“This is about three miles west of the city, along the Aire,” he explained, “Mill workers here would have unsoiled air and clean living, and that, I maintain, can benefit not only the workers, but we owners, too. A happy worker is a good worker.”

“According to my superior, who is paying me a great deal of money to visit you today, a happy worker is nothing of the sort. A happy worker is a worker who then imagines he has a right to that happiness. And once a worker has one right, he’ll want others. Higher pay, more expensive housing, costly doctoring. Once the lower class gets a foothold, there’ll be no stopping them.”

The man’s voice rose as he espoused thoughts obviously dearly held by himself as well as by his mysterious superior.

“I have evidence to the contrary,” continued Salt, “From my own woollen mills. I have fitted the Rodda Smoke Burners. I therefore have a healthier workforce. They are sick less often, for a start.”

“And it cost you a packet, didn’t it? These burners are expensive things. You might be able to afford such doings, but others cannot. You just desire to drive others out of business so that you can obtain their mills for yourself and grow your empire. I know greed, and I see right through your fancy words, Mr. Salt!”

“But I….” Salt paused, unsure of how to proceed in the face of this man’s rising anger, then continued, trying to keep his voice calm.

“Look, what would you say if I told you that I will soon build a new mill in this place.” He swept his hand across the map, “Out in the countryside, where I can properly test my hypothesis. Perhaps even houses, with running water on tap from the river? What would you say then?”

“I’d say that you’ve signed your own death certificate, Mr. Mayor.”

The man’s lip curled, and he pushed Salt back down into the desk chair. He raised a pistol and pressed the barrel against Salt’s forehead. Salt stared up wide-eyed at the anger in the man’s twisted face and prepared to meet his God.

A narrow beam of pale blue light shone out of the man’s left eye, and the eyeball melted. The beginning of a scream was cut off as the light swept through the face, slicing away the top of the man’s head.

As the body of his assailant fell away and the pistols clattered to the floor, the figure of Eileanora was revealed to Salt. She stood erect, a determined look on her face. Her right arm was outstretched, and in her hand was a bizarre device from which emerged the thin beam of blue light.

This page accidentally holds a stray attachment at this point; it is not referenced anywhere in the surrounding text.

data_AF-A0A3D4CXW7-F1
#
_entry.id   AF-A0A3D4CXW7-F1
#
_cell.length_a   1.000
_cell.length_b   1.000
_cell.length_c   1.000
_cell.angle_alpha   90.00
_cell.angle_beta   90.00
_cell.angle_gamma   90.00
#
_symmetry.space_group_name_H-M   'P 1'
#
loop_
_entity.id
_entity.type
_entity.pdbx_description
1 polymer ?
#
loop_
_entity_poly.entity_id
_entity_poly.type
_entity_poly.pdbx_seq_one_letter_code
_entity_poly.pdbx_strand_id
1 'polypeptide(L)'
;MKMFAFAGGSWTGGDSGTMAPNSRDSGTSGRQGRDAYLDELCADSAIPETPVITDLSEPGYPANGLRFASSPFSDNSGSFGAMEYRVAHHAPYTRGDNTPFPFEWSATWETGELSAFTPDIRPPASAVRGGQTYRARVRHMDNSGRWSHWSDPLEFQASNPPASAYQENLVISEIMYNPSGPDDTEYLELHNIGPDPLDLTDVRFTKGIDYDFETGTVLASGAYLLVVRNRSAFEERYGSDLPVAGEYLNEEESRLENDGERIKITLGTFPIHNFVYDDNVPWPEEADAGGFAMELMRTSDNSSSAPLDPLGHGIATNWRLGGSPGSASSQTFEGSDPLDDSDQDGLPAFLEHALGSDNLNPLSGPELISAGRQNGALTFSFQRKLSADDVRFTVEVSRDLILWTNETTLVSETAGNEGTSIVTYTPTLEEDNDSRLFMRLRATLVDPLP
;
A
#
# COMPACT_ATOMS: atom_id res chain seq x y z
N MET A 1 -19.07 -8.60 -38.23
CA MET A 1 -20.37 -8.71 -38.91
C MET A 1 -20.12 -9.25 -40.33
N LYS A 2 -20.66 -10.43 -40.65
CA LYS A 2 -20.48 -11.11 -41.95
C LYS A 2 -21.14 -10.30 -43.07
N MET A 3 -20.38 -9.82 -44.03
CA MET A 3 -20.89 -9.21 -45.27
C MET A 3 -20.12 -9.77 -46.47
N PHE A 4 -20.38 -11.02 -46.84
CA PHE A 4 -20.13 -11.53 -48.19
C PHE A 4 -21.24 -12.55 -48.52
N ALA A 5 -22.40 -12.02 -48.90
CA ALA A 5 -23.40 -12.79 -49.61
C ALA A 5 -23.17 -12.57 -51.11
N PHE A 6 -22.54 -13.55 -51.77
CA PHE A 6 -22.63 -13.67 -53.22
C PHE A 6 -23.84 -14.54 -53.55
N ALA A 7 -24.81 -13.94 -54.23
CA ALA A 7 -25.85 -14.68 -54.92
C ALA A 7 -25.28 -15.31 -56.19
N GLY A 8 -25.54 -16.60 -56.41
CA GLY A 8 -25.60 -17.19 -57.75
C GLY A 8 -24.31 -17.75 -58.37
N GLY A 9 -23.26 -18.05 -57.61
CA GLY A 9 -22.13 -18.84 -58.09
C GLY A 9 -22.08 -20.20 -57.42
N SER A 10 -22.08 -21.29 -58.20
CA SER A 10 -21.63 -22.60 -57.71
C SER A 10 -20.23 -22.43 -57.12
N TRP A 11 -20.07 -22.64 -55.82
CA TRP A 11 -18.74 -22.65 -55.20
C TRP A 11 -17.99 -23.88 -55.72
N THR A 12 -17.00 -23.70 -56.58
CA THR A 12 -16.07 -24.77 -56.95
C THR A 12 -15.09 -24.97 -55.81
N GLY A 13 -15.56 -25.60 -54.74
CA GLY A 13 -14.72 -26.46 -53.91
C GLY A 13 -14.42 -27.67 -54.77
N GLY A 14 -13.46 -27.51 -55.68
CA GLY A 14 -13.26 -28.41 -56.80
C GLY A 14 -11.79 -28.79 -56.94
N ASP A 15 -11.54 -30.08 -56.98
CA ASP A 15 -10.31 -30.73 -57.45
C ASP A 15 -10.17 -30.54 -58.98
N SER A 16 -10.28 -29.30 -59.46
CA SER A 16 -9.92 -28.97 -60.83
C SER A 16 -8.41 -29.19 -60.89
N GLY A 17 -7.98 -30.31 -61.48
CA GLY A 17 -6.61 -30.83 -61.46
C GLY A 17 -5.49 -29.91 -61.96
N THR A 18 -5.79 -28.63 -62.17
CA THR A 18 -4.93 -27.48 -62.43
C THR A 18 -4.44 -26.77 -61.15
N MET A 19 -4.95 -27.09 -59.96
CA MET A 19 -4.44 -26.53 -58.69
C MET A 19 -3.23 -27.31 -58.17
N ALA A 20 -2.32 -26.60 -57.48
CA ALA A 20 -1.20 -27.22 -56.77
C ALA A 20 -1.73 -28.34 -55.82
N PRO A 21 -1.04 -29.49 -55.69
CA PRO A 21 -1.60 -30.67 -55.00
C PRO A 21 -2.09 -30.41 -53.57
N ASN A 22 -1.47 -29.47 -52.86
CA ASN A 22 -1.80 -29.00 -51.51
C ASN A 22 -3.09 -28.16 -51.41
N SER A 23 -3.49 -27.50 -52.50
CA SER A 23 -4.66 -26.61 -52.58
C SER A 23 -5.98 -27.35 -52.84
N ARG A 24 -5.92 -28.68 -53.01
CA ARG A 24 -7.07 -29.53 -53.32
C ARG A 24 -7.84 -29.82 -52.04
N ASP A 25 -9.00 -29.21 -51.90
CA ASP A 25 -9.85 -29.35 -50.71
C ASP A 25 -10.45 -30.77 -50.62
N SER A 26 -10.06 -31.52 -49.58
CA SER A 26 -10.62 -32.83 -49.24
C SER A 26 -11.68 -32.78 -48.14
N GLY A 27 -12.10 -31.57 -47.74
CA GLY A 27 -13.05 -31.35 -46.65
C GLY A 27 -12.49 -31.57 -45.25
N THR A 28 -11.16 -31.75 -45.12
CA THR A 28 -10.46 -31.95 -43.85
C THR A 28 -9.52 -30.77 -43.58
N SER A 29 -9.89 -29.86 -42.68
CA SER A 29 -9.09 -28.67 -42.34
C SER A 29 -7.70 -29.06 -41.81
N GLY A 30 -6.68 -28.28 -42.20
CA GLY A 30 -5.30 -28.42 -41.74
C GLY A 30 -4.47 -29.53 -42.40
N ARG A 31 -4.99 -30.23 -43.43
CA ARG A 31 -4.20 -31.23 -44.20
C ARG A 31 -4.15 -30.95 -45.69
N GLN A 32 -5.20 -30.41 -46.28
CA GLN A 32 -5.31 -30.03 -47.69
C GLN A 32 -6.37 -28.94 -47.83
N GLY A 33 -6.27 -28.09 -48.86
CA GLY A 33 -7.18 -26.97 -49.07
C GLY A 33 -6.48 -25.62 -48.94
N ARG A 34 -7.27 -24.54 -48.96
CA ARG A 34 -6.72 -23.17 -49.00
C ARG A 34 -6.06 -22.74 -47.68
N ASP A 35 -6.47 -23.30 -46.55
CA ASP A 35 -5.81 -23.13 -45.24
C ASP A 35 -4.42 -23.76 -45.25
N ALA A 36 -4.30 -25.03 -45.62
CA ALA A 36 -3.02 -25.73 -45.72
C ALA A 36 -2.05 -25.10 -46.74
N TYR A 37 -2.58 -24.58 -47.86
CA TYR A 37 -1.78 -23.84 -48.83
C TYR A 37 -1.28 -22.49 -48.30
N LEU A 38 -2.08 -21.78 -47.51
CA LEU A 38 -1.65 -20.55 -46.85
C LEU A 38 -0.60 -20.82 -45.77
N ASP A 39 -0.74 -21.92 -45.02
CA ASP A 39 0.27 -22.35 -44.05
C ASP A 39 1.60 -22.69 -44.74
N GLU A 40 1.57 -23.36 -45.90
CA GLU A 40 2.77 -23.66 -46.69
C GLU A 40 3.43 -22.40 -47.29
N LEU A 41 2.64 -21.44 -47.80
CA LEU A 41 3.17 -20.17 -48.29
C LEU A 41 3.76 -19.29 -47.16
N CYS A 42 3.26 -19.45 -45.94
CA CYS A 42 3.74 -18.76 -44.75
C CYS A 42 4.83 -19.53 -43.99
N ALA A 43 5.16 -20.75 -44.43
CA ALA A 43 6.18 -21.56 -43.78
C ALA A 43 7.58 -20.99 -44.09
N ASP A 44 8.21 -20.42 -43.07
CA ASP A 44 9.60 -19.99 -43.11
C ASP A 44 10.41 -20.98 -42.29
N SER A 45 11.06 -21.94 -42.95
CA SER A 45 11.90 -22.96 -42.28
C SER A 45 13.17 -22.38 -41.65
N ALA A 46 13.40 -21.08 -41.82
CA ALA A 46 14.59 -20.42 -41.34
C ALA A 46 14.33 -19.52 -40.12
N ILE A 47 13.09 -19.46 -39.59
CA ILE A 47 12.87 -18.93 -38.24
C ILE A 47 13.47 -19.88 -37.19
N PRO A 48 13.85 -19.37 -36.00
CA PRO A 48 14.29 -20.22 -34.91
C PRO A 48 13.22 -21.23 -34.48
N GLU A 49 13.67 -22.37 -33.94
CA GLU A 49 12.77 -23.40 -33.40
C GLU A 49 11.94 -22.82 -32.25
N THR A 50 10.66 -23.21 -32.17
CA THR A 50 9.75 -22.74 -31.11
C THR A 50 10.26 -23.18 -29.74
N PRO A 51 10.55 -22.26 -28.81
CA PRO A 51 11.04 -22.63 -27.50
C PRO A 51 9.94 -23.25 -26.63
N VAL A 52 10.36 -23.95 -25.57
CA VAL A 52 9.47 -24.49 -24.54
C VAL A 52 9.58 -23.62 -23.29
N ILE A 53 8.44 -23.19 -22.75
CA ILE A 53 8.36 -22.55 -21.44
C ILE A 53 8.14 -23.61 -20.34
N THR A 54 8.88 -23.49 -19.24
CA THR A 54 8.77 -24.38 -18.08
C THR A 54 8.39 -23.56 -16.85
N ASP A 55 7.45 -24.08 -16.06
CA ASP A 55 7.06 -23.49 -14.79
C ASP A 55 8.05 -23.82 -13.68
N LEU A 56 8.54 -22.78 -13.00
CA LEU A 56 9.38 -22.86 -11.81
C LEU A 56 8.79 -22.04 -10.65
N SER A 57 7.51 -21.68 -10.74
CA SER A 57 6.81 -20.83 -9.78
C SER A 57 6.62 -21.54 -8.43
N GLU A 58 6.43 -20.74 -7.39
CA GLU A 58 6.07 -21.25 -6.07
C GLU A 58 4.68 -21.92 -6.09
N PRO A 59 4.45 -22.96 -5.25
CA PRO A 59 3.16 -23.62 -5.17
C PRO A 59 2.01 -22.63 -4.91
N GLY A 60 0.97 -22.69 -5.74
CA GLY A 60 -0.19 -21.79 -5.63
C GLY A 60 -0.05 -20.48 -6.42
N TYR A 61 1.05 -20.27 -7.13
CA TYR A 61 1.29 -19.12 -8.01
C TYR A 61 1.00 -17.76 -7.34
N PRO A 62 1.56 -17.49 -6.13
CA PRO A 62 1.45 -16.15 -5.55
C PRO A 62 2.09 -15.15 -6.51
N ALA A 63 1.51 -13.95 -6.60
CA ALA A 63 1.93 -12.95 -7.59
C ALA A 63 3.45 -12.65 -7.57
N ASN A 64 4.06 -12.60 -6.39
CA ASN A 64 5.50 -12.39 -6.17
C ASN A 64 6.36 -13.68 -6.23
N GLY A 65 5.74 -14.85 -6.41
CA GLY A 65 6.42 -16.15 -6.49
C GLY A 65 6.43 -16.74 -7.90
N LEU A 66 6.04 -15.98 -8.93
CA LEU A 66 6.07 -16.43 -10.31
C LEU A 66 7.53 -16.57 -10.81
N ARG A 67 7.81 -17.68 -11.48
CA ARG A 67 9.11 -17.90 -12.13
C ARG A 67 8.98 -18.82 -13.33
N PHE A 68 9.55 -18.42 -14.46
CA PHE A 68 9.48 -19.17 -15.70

Her left hand gripped the throat of one of the henchmen, and as Salt gazed on aghast, a simple twist of her wrist dispatched him from this life. His corpse fell to the floor. Kanute yipped approvingly.

The thin blue light swept inexorably across the room and sliced into the third man’s chest. He too fell lifeless, tumbling like one of Fanny’s rag dolls.

Eileanora touched her skull necklace with her left forefinger and spoke.

“Hey, it’s Tabby. I’m done here. Extraction, please.”

She shimmered, then simply disappeared, her maid’s uniform falling still warm to the floor as it was left behind.


About wombat37

A Yorkshireman in the green hills of Lancashire, UK Not a real wombat, obviously, or typing would become an issue. I do have short legs and a hairy nose, however. Oh, & a distinctive smell.

Posted on February 27, 2013, in History, Putting myself out there is scary, Salt, Saltaire, Short story, Writings, Yorkshire. Bookmark the permalink. 7 Comments.

  1. Nice twist. Now how does Mr Salt explain the three corpses in his study?


  2. And the missing maid, indeed. I'll leave that one up to your imaginations 😉


  3. my gosh you are so creative…I read along and it is pretty intoxicating to me to realize “my friend” wrote this. I tell you what, saving my letters you wrote..cause one day I may be able to sell them and make a fortune. Woohoo!!!


  4. I like it even though you dissed Bradford where my dad was from


  5. I dissed 1849 Bradford. Modern Bradford I love; especially Akbar's!


  1. Pingback: Things found in the writer’s ideas drawer | Cubic Scats